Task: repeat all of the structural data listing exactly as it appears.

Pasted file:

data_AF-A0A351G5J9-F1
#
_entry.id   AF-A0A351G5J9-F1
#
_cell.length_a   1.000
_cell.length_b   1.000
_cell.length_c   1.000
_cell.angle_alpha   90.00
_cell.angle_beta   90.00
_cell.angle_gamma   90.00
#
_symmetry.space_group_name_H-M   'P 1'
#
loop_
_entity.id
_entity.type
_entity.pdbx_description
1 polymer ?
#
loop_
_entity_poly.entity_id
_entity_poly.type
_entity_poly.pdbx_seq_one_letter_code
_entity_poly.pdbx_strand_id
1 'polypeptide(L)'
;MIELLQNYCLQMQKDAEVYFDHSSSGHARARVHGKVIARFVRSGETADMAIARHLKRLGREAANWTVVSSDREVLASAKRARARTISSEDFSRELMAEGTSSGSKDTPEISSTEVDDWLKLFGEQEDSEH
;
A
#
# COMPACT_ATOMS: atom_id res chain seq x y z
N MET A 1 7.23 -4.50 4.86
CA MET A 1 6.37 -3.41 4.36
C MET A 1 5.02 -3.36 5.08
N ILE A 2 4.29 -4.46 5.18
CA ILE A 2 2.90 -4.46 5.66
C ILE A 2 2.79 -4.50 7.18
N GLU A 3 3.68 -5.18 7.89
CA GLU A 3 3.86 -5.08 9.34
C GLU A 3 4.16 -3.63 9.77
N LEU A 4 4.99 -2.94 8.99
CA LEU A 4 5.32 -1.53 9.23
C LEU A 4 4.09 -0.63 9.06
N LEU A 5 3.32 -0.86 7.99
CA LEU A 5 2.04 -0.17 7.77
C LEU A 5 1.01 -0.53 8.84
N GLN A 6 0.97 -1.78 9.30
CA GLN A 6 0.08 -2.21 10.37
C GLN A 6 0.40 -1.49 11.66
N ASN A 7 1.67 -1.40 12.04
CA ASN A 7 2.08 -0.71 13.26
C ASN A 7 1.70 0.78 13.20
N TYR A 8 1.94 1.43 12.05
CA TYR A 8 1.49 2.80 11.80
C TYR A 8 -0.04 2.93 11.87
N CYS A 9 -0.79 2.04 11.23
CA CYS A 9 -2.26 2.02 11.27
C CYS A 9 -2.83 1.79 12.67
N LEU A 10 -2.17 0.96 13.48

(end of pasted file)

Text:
data_AF-A0A351G5J9-F1
#
_entry.id   AF-A0A351G5J9-F1
#
_cell.length_a   1.000
_cell.length_b   1.000
_cell.length_c   1.000
_cell.angle_alpha   90.00
_cell.angle_beta   90.00
_cell.angle_gamma   90.00
#
_symmetry.space_group_name_H-M   'P 1'
#
loop_
_entity.id
_entity.type
_entity.pdbx_description
1 polymer ?
#
loop_
_entity_poly.entity_id
_entity_poly.type
_entity_poly.pdbx_seq_one_letter_code
_entity_poly.pdbx_strand_id
1 'polypeptide(L)'
;MIELLQNYCLQMQKDAEVYFDHSSSGHARARVHGKVIARFVRSGETADMAIARHLKRLGREAANWTVVSSDREVLASAKRARARTISSEDFSRELMAEGTSSGSKDTPEISSTEVDDWLKLFGEQEDSEH
;
A
#
# COMPACT_ATOMS: atom_id res chain seq x y z
N MET A 1 7.23 -4.50 4.86
CA MET A 1 6.37 -3.41 4.36
C MET A 1 5.02 -3.36 5.08
N ILE A 2 4.29 -4.46 5.18
CA ILE A 2 2.90 -4.46 5.66
C ILE A 2 2.79 -4.50 7.18
N GLU A 3 3.68 -5.18 7.89
CA GLU A 3 3.86 -5.08 9.34
C GLU A 3 4.16 -3.63 9.77
N LEU A 4 4.99 -2.94 8.99
CA LEU A 4 5.32 -1.53 9.23
C LEU A 4 4.09 -0.63 9.06
N LEU A 5 3.32 -0.86 7.99
CA LEU A 5 2.04 -0.17 7.77
C LEU A 5 1.01 -0.53 8.84
N GLN A 6 0.97 -1.78 9.30
CA GLN A 6 0.08 -2.21 10.37
C GLN A 6 0.40 -1.49 11.66
N ASN A 7 1.67 -1.40 12.04
CA ASN A 7 2.08 -0.71 13.26
C ASN A 7 1.70 0.78 13.20
N TYR A 8 1.94 1.43 12.05
CA TYR A 8 1.49 2.80 11.80
C TYR A 8 -0.04 2.93 11.87
N CYS A 9 -0.79 2.04 11.23
CA CYS A 9 -2.26 2.02 11.27
C CYS A 9 -2.83 1.79 12.67
N LEU A 10 -2.17 0.96 13.48